Dom.


  6. #6
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    Default Re: Question from the Insurance Service Industry

    Quote Originally Posted by Dan Cullen View Post
    I guess a lot of their agents have looked at homes
    Okay, going on the assumption that the agents 'are at the house', then tell them to look at the electrical panel.

    No technical knowledge required here - does the panel have breaker or fuses?

    If breakers, what does the writing say on the single main breaker.

    Beyond the above, it would get real interesting with the other choices available (more than one main, etc.).

    First, find out if he wants them to do this from the office, or when at the house.

    My thoughts are that they are trying to save money *FOR THEM* in finding out, yet I surely doubt they will be lowering any premiums for the insured.

    Jerry Peck, Construction / Litigation Consultant
    Construction Litigation Consultants, LLC ( www.ConstructionLitigationConsultants.com )
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  7. #7
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    Default Re: Question from the Insurance Service Industry

    Quote Originally Posted by Jim Zborowski View Post
    A 200 amp meter will say CL 200 on the face and be in a rectangular box ( if it's overhead service ), while a 60 amp is generally in a smaller square box. As for the wire leading to the rop ( the customer side of the splice, comming out of the weatherhead ) could give a clue to the size service. The drop from the pole may be smaller than expected for a 200 amp service as some utility companys leave the existing wire when they do an upgrade.Then you have the panel itself. The main breaker itself willl either have the size molded in or stamped on it. The box itself will have the manufacturers label on it listing the enclosure as 200., 150, or 100 amp.
    However, the actual rating of the service is........................whichever component of the system is rated the lowest.In other words, if the meter is 200 amp, the main is 200 amp, but the wire connected between the meter and the main are only rated for 100 amps, then it would be 100 amp.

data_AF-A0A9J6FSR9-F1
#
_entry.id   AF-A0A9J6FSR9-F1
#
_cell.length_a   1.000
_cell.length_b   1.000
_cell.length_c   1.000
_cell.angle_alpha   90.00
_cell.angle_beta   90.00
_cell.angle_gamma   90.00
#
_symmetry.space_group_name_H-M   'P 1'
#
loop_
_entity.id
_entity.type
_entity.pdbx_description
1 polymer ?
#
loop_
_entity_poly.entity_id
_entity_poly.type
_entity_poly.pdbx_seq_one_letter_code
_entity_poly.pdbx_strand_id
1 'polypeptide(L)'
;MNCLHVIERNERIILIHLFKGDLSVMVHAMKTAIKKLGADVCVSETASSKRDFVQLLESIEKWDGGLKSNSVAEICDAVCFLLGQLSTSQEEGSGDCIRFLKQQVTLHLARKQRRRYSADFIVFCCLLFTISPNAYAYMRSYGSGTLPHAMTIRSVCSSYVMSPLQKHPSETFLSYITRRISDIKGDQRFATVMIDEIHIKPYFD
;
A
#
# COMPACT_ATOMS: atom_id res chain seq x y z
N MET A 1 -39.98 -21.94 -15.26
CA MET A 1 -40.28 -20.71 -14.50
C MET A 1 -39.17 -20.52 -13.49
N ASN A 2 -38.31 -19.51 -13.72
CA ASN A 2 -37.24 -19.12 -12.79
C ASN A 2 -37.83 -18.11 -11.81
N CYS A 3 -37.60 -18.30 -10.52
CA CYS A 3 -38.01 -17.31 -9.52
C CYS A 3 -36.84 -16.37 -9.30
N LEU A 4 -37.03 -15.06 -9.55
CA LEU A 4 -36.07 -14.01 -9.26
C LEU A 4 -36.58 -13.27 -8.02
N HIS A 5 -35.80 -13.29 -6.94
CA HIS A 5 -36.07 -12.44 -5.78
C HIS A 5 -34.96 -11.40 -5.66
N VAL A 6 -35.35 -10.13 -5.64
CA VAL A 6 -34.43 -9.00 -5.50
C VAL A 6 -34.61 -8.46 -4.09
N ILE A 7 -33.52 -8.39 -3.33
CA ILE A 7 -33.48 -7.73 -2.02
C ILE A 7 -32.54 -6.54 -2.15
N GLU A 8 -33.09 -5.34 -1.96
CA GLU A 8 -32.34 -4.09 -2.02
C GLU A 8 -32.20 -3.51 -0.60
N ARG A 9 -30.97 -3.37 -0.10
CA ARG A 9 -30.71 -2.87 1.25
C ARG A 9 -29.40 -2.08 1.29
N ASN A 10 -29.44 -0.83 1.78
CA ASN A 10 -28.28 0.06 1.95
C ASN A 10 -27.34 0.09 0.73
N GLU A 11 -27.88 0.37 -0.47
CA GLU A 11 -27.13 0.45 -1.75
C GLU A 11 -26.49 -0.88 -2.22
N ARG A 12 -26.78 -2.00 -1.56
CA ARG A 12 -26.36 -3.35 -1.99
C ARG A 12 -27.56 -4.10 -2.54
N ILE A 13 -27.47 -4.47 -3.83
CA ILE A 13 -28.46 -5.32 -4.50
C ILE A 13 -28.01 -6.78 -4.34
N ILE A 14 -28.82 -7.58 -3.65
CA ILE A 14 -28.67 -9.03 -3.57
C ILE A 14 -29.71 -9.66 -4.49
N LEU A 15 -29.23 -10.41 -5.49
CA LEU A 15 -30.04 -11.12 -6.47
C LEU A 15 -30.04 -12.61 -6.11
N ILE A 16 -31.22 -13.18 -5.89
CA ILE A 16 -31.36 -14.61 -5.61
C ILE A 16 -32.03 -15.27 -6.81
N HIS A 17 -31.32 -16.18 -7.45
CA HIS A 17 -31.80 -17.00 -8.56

As for the 110 amp vs 220 amp, I'm sure you mean volts. That part is eisier. Look at the drop to the weatherhead. If there are 2 wires ( plus a strain relief cable ) it's 110 volt service, if there are 3 its 220 volt.
    Jim, I have a question. Isn't there a problem with the set up that you have? If the main is 200 amps and the the wire is 100amp cannot you still draw 200amps. Shouldn't the service be rated 200 amps and recommend upgrading the 100 amp wire?


  8. #8
    Jim Zborowski's Avatar
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    Default Re: Question from the Insurance Service Industry

    Thinking you're right Dom. Wonder what they'd do if they encountered the farmhouse I did a few years ago. Went into the basement and it hit me square in the face.............4 - 200 amp panels fed by a 400 amp disconnect. Guy must have had some bucks, the place had 2 water heaters, 2 a/c units, 2 independant electric baseboard systems


  9. #9
    Jim Zborowski's Avatar
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    Default Re: Question from the Insurance Service Industry

    This is true Dave, what I was pointing out is that realistically, just because one component of the sytem may be 20 amp, does not mean the service is actually providing 200 amps safely ( chain is only as strong as the weakest link kind of thing ) . Recommendation of upgrading the service leads to correct size would be the proper call.


  10. #10
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    Default Re: Question from the Insurance Service Industry

    Thank Jim, I wanted to make sure what I was thinking was correct.


  11. #11
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    Default Re: Question from the Insurance Service Industry

    The rating on the SE panel tells us what it will carry maximum and the SE conductors tells us what is actually coming in load wise.

    Jerry McCarthy
    Building Code/ Construction Consultant

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    Default Re: Question from the Insurance Service Industry

    Quote Originally Posted by Jerry McCarthy View Post
    The rating on the SE panel tells us what it will carry maximum and the SE conductors tells us what is actually coming in load wise.